03 December 2012
What inspired me as a young leader
That’s a great question to reflect on having been a Christian for over forty years now and been in leadership positions of one sort or another in the Christian world for most of that time. I fell into leadership only a few months in to my new found relationship with Jesus, blissfully unaware of what I was taking on and full of naïve expectations. Two years on I was in a regional and national student leadership role, still not really knowing what I was doing and possessing a sneaking suspicion that they’d soon find out that I wasn’t the spiritual giant I thought I ought to be!
In those early months and years it was more who inspired me rather than what. Their lives stimulated dreams that I too could be involved in people’s transformation by God’s love. And they encouraged me to keep going when I found the naivety being stripped away as I encountered the day to day realities of leadership.
My source of inspiration was someone long dead, as well as people very much alive from which I’ll pick one special person. The former was the pioneer missionary to China, Hudson Taylor. Soon after becoming a Christian I was given a book about him that I read repeatedly. I still have that book full of underlined passages and scribbled pencil notes in the margins. What gripped me was his passion for God, and his unwillingness to be side-tracked from what he believed he had been called to do. Disappointment, opposition, and even personal tragedy dogged his footsteps but still he persevered. The vision, the calling, and the goal for him was to take the gospel to China and see that good news take root in people’s lives. And despite all he went through, at times almost hanging on by his finger nails, that was what drove him. He kept in mind the big picture and it shaped all he did. It was this that marked out his leadership for me, challenging and inspiring me in my own situation.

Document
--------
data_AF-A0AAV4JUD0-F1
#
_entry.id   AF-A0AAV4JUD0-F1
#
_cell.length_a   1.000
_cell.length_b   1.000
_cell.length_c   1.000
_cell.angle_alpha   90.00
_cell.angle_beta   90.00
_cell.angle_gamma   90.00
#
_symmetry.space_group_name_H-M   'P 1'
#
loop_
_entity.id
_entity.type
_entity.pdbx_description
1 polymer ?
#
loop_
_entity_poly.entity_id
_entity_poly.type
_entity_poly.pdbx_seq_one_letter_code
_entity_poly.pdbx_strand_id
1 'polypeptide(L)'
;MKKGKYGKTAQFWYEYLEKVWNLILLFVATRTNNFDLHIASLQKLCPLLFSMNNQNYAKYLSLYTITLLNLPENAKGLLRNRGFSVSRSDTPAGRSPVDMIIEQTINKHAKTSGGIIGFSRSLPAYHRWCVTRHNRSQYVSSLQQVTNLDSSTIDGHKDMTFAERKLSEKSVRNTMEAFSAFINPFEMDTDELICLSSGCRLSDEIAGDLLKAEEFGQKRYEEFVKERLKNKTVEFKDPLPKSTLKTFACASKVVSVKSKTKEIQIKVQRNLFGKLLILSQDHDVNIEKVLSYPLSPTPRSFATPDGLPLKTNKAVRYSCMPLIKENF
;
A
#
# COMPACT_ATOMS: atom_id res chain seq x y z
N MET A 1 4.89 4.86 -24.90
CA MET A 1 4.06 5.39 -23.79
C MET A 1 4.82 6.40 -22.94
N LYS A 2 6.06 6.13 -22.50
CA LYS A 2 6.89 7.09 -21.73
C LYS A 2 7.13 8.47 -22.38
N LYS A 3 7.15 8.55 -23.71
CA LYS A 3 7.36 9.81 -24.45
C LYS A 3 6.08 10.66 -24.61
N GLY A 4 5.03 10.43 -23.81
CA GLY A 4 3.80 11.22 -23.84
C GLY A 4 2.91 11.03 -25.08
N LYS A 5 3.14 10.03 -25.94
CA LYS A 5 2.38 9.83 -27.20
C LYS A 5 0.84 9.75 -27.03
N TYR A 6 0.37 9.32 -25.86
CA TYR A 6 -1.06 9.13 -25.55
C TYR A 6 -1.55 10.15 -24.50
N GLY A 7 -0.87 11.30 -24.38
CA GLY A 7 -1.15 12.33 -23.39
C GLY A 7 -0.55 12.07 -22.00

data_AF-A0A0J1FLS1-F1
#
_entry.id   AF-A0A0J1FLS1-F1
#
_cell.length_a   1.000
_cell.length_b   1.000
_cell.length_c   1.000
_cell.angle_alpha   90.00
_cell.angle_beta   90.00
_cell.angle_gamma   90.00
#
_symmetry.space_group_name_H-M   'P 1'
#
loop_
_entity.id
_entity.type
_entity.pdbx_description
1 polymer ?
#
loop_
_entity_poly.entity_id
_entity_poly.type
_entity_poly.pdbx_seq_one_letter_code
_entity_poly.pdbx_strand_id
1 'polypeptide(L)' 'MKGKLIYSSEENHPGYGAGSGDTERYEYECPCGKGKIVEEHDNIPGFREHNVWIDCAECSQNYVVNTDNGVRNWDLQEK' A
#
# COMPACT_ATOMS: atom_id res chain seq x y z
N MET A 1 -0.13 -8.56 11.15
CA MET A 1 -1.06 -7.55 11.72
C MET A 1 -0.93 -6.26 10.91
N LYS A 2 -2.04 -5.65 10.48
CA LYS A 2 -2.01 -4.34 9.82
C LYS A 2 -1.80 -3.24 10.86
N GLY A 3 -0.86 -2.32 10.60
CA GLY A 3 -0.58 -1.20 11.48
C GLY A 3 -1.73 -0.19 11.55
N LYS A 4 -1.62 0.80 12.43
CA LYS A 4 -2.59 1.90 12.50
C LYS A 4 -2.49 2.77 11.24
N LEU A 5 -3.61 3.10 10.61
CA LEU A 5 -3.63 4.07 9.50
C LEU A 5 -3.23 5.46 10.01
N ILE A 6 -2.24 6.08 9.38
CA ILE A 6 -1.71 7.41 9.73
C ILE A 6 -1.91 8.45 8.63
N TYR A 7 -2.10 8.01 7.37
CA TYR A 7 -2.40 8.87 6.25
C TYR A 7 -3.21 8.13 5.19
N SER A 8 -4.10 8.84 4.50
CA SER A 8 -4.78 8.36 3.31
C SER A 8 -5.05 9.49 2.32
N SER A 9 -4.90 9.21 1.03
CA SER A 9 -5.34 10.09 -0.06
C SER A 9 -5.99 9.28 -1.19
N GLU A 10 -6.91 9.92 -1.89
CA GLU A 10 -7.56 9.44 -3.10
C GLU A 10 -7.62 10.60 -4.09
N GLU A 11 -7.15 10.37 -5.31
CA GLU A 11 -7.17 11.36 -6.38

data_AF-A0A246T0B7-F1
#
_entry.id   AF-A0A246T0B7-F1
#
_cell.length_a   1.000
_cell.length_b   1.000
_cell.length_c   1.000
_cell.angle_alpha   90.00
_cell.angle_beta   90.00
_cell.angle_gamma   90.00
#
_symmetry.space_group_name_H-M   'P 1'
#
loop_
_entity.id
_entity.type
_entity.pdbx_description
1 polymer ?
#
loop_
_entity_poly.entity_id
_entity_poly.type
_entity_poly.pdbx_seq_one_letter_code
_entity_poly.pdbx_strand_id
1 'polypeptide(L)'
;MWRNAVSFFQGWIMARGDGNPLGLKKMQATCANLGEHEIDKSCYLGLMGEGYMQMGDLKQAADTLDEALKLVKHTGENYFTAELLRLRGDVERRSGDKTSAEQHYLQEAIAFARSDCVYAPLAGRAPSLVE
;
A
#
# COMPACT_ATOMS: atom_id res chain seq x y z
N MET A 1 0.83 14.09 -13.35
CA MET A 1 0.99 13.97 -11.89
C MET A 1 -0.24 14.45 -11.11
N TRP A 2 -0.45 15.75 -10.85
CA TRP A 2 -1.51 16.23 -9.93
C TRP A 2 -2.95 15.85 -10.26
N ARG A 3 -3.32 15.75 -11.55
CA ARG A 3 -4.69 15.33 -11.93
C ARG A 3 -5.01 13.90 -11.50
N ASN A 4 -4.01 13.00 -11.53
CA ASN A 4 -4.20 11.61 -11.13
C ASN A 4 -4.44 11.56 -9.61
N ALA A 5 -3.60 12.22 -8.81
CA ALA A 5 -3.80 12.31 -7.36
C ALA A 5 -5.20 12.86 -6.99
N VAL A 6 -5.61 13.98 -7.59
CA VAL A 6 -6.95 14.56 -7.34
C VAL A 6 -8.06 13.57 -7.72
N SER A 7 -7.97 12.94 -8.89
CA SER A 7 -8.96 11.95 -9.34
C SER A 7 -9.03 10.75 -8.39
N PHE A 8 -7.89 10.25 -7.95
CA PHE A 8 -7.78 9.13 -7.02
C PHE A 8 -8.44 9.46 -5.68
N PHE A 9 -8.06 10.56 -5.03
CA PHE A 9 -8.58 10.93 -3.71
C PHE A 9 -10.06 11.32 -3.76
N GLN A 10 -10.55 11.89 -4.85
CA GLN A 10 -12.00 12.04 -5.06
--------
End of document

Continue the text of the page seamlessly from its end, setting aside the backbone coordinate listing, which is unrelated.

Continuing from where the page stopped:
The second person was a woman called Meg Foote. In the 1970s there were very few women leaders in the Christian world that could be role models to unmarried young women like me. She was the vice-principal of the Bible College at which I spent two very formative years. She possessed a quiet authority, a twinkle in her eye indicating she didn’t take herself too seriously, and a Biblically-grounded humanity that spoke volumes of hope to the rest of us. And on top of that she was a great encourager. Being a woman leader can’t have been easy for her at the time but you never got a sense of her being strident in pushing her point yet neither of her apologising for that authority she both carried and exercised in a very male world. Grace and humour, a sense of adventure that was still hers in old age, a deep confidence in her identity as God’s child plus bundles of God-shaped practical wisdom are the leadership lessons from her that remain with me today.
What inspired me then still inspires me now. The individuals may change but their potential impact remains undiminished. Consequently, I have a two-fold prayer. First, that I will be someone who is teachable and flexible, willing to learn from those who these days may be younger than me but from whom I can still gain a lot. And secondly, that I can be in some small way an inspiration for others as both Hudson Taylor and Meg Foote were to me!
by Fran Beckett, leadership and governance consultant